Emma Shtivelman, PhD Cancer Commons Chief Scientist

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    Is There a Future for Immunotherapy in Breast Cancer?

    Emma Shtivelman, PhD

    Lately, immunotherapy—treatment that helps the body’s own immune system fight cancer—has made frequent appearances in news headlines. Indeed, researchers have reported remarkable clinical trial results for a new class of drugs known as ‘immune checkpoint blockade drugs’ in the treatment of metastatic melanoma, lung, and kidney cancers. Approvals from the U.S. Food and Drug Administration (FDA) for the drugs Keytruda and Opdivo for melanoma and lung cancer have quickly followed. However, it may be that immunotherapies won’t work for all cancers, but only for those considered to be ‘immunogenic’; that is, cancers that trigger activation of the immune system. Researchers are studying different types of breast cancer to determine whether they are immunogenic, and what that might mean for their prognosis and treatments.

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    Lumpectomy Versus Mastectomy for Early-Stage Breast Cancer

    Emma Shtivelman, PhD

    Every woman diagnosed with early-stage breast cancer faces a decision about what type of surgery to have. Together with her doctors, she will have to choose between breast-conserving surgery (BCS), also called lumpectomy, and mastectomy. BCS preserves the breast, removing the tumor and a rim of surrounding tissue, whereas mastectomy removes the entire breast. Patients with early-stage disease (with the main tumor less than… Read more »

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    Now BATting: A New Treatment Approach That Uses Testosterone First, Then ADT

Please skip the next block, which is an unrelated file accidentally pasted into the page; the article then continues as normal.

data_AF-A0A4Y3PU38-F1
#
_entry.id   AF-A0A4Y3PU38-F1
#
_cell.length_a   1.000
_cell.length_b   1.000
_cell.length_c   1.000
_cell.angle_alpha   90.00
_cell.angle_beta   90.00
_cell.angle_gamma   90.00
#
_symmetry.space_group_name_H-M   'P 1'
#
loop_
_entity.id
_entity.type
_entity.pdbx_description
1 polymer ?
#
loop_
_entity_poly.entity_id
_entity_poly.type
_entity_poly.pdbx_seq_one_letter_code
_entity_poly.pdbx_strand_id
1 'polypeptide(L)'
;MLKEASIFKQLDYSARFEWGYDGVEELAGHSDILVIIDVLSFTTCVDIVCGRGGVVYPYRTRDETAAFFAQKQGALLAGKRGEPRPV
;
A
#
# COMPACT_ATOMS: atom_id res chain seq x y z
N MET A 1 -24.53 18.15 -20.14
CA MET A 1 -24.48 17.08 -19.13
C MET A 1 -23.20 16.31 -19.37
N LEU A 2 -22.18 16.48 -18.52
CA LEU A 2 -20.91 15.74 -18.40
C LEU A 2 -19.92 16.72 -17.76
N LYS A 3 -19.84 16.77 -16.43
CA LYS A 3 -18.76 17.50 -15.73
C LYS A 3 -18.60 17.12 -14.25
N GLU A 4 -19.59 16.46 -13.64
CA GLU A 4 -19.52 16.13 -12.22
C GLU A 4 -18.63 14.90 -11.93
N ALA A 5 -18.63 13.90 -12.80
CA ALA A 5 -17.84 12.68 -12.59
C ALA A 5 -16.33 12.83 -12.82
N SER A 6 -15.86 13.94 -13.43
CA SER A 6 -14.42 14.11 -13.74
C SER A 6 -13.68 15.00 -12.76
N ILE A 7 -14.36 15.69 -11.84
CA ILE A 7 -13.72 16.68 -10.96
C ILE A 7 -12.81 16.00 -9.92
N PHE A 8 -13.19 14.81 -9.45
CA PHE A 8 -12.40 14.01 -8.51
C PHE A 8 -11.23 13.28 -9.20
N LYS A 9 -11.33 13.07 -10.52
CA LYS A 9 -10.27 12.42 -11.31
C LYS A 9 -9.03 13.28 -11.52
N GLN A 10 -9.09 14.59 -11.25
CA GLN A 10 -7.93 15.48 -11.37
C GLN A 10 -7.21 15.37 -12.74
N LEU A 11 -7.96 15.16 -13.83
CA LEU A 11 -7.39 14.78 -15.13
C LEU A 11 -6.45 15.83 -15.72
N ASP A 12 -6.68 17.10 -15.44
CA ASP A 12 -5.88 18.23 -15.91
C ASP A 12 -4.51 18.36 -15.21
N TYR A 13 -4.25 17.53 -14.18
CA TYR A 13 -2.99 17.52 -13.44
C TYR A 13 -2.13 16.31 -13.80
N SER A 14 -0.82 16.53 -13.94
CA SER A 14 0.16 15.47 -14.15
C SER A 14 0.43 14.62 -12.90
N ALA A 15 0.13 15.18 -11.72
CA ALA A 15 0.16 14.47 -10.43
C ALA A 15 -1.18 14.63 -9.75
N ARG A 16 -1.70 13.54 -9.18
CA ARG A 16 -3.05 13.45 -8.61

Emma Shtivelman, PhD

    Androgen deprivation therapy (ADT) has long been a mainstay in the management of prostate cancer. Indeed, the vast majority of prostate cancers depend on androgens (hormones like testosterone) for their growth. Lowering testosterone levels with ADT is a reasonable approach. But it comes with two sets of problems.

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    New Drugs Aim to Defeat Tumor Resistance to EGFR Inhibitors

    Emma Shtivelman, PhD

    In recent years, many people with non-small cell lung cancer (NSCLC) have been successfully treated with drugs called EGFR inhibitors. But over time, most patients develop resistance to these drugs, and the drugs stop working. Researchers are hard at work developing new drugs to help patients who can no longer be treated with EGFR inhibitors.

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    The Role of Pertuzumab in Treating HER2+ Breast Cancer

    Emma Shtivelman, PhD

    Pertuzumab (Perjeta) is a relatively new drug that targets HER2, a protein found at higher-than-normal levels in about 15% to 20% of all breast cancers. Too much HER2 leads to tumor growth. Currently, all newly diagnosed breast cancer patients have their tumors’ HER2 levels tested. Knowing whether a patient’s HER2 levels are abnormally high (HER2-positive) or normal (HER2-negative) is a major factor in choosing a treatment, thanks to the availability of trastuzumab (Herceptin) and, now, other HER2-targeted drugs such as Perjeta, T-DM1 (Kadcyla), and lapatinib (Tykerb). These drugs are all used to treat HER2-positive patients.